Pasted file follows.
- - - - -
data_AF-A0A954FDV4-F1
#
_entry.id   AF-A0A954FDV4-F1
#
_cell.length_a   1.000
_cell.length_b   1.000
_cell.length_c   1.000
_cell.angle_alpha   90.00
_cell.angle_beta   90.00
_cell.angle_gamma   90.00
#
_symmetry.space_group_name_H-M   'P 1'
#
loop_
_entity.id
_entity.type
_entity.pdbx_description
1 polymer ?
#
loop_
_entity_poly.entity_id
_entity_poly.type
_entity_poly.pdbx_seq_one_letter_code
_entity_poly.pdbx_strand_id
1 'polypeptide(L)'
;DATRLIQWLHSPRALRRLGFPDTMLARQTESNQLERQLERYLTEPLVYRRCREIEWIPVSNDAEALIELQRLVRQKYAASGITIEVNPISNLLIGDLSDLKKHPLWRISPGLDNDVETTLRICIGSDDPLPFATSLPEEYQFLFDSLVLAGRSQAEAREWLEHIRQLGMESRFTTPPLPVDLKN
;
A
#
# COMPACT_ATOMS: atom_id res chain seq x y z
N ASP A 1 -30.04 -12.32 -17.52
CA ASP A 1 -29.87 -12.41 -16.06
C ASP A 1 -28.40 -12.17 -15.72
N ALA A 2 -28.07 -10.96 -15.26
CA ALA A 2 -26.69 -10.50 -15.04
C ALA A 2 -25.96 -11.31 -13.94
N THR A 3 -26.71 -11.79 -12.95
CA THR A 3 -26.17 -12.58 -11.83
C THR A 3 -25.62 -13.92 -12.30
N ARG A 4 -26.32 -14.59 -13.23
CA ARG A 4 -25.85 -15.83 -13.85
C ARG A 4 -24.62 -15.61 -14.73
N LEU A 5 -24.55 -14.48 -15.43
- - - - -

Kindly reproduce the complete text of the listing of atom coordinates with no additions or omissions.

data_AF-A0A954FDV4-F1
#
_entry.id   AF-A0A954FDV4-F1
#
_cell.length_a   1.000
_cell.length_b   1.000
_cell.length_c   1.000
_cell.angle_alpha   90.00
_cell.angle_beta   90.00
_cell.angle_gamma   90.00
#
_symmetry.space_group_name_H-M   'P 1'
#
loop_
_entity.id
_entity.type
_entity.pdbx_description
1 polymer ?
#
loop_
_entity_poly.entity_id
_entity_poly.type
_entity_poly.pdbx_seq_one_letter_code
_entity_poly.pdbx_strand_id
1 'polypeptide(L)'
;DATRLIQWLHSPRALRRLGFPDTMLARQTESNQLERQLERYLTEPLVYRRCREIEWIPVSNDAEALIELQRLVRQKYAASGITIEVNPISNLLIGDLSDLKKHPLWRISPGLDNDVETTLRICIGSDDPLPFATSLPEEYQFLFDSLVLAGRSQAEAREWLEHIRQLGMESRFTTPPLPVDLKN
;
A
#
# COMPACT_ATOMS: atom_id res chain seq x y z
N ASP A 1 -30.04 -12.32 -17.52
CA ASP A 1 -29.87 -12.41 -16.06
C ASP A 1 -28.40 -12.17 -15.72
N ALA A 2 -28.07 -10.96 -15.26
CA ALA A 2 -26.69 -10.50 -15.04
C ALA A 2 -25.96 -11.31 -13.94
N THR A 3 -26.71 -11.79 -12.95
CA THR A 3 -26.17 -12.58 -11.83
C THR A 3 -25.62 -13.92 -12.30
N ARG A 4 -26.32 -14.59 -13.23
CA ARG A 4 -25.85 -15.83 -13.85
C ARG A 4 -24.62 -15.61 -14.73
N LEU A 5 -24.55 -14.48 -15.43